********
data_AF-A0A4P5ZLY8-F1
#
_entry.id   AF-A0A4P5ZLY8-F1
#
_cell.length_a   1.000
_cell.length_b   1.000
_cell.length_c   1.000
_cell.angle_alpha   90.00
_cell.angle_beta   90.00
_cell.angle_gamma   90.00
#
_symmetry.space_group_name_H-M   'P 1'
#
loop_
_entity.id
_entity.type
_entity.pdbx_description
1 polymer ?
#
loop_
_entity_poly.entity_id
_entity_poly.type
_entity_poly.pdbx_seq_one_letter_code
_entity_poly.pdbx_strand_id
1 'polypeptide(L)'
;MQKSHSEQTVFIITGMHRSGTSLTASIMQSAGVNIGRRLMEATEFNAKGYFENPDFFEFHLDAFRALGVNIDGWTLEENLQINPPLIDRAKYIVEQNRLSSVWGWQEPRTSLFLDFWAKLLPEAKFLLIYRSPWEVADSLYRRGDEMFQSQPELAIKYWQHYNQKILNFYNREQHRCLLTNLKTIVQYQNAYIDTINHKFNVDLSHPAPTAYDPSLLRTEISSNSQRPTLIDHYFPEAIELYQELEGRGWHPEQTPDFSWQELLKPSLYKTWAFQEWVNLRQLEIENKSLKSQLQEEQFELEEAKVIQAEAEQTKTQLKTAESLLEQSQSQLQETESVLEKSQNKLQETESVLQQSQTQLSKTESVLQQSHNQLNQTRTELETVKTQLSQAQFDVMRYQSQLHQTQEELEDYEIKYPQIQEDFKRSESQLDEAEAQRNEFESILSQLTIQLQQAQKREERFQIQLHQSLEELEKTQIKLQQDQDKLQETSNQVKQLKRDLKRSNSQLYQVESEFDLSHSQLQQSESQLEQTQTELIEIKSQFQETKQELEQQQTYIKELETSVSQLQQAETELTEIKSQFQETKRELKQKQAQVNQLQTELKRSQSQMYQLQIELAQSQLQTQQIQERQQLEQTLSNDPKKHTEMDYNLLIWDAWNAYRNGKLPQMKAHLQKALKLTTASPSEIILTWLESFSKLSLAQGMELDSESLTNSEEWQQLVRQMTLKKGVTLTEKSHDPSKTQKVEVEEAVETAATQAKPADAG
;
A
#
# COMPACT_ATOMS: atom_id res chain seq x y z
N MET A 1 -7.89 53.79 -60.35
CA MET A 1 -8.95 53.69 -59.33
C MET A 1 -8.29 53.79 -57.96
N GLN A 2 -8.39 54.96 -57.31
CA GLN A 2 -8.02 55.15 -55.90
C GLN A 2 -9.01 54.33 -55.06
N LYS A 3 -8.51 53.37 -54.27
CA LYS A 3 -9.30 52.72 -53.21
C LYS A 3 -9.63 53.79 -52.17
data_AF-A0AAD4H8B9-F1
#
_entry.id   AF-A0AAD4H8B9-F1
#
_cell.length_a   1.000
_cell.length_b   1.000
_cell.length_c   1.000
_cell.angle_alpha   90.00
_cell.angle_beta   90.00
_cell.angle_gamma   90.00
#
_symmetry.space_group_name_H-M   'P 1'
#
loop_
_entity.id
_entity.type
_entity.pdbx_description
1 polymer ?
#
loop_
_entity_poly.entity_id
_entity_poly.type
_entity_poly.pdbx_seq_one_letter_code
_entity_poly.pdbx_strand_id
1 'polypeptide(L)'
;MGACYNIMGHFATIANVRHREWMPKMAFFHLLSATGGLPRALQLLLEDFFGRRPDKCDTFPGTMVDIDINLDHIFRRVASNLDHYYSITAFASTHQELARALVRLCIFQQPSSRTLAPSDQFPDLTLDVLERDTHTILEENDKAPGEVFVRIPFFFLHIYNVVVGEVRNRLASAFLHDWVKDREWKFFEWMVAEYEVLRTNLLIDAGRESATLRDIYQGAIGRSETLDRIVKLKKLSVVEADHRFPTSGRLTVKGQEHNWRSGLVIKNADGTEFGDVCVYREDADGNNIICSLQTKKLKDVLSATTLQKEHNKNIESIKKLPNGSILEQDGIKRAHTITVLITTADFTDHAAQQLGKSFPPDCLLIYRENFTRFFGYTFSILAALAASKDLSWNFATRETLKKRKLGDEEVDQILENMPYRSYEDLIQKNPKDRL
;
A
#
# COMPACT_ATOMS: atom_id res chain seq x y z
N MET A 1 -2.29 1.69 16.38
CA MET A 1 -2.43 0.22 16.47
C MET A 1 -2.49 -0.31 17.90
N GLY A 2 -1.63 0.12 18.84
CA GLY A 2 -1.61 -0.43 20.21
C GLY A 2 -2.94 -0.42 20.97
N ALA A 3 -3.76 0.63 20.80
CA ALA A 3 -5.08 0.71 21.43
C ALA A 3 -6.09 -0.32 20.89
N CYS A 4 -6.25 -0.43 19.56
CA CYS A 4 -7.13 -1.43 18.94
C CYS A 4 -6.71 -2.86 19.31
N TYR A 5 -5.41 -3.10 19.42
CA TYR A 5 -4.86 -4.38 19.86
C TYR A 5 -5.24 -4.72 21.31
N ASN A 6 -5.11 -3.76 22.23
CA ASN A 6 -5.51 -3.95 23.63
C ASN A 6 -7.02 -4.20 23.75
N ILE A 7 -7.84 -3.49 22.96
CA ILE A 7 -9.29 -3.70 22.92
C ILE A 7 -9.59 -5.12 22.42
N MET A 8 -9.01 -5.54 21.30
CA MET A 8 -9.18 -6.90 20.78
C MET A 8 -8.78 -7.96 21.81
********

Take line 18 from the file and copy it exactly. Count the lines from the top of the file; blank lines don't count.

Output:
1 polymer ?